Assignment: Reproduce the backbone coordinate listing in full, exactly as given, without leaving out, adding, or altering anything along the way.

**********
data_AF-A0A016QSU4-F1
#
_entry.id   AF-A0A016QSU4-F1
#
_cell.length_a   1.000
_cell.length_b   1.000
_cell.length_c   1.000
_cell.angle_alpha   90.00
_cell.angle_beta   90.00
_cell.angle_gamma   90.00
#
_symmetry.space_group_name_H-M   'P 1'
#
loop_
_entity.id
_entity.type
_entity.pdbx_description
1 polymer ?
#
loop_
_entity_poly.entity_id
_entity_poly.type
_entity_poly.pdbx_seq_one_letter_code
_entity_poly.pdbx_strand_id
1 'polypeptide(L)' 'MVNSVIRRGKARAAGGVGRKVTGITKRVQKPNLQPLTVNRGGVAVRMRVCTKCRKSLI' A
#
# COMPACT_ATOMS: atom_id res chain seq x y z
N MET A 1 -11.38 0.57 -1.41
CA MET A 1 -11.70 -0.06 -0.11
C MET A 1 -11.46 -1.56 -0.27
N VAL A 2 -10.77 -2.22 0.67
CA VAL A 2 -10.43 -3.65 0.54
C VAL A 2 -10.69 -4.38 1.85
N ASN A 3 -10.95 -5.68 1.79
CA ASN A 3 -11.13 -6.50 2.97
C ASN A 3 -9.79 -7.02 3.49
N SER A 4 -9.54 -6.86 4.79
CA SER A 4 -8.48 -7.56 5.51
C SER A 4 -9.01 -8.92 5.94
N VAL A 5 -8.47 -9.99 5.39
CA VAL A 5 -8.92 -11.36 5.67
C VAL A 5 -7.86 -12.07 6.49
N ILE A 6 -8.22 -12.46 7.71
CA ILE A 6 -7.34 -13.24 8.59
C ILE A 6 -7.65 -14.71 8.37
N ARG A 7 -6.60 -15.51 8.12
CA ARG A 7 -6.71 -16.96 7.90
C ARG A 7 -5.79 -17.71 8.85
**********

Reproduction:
data_AF-A0A016QSU4-F1
#
_entry.id   AF-A0A016QSU4-F1
#
_cell.length_a   1.000
_cell.length_b   1.000
_cell.length_c   1.000
_cell.angle_alpha   90.00
_cell.angle_beta   90.00
_cell.angle_gamma   90.00
#
_symmetry.space_group_name_H-M   'P 1'
#
loop_
_entity.id
_entity.type
_entity.pdbx_description
1 polymer ?
#
loop_
_entity_poly.entity_id
_entity_poly.type
_entity_poly.pdbx_seq_one_letter_code
_entity_poly.pdbx_strand_id
1 'polypeptide(L)' 'MVNSVIRRGKARAAGGVGRKVTGITKRVQKPNLQPLTVNRGGVAVRMRVCTKCRKSLI' A
#
# COMPACT_ATOMS: atom_id res chain seq x y z
N MET A 1 -11.38 0.57 -1.41
CA MET A 1 -11.70 -0.06 -0.11
C MET A 1 -11.46 -1.56 -0.27
N VAL A 2 -10.77 -2.22 0.67
CA VAL A 2 -10.43 -3.65 0.54
C VAL A 2 -10.69 -4.38 1.85
N ASN A 3 -10.95 -5.68 1.79
CA ASN A 3 -11.13 -6.50 2.97
C ASN A 3 -9.79 -7.02 3.49
N SER A 4 -9.54 -6.86 4.79
CA SER A 4 -8.48 -7.56 5.51
C SER A 4 -9.01 -8.92 5.94
N VAL A 5 -8.47 -9.99 5.39
CA VAL A 5 -8.92 -11.36 5.67
C VAL A 5 -7.86 -12.07 6.49
N ILE A 6 -8.22 -12.46 7.71
CA ILE A 6 -7.34 -13.24 8.59
C ILE A 6 -7.65 -14.71 8.37
N ARG A 7 -6.60 -15.51 8.12
CA ARG A 7 -6.71 -16.96 7.90
C ARG A 7 -5.79 -17.71 8.85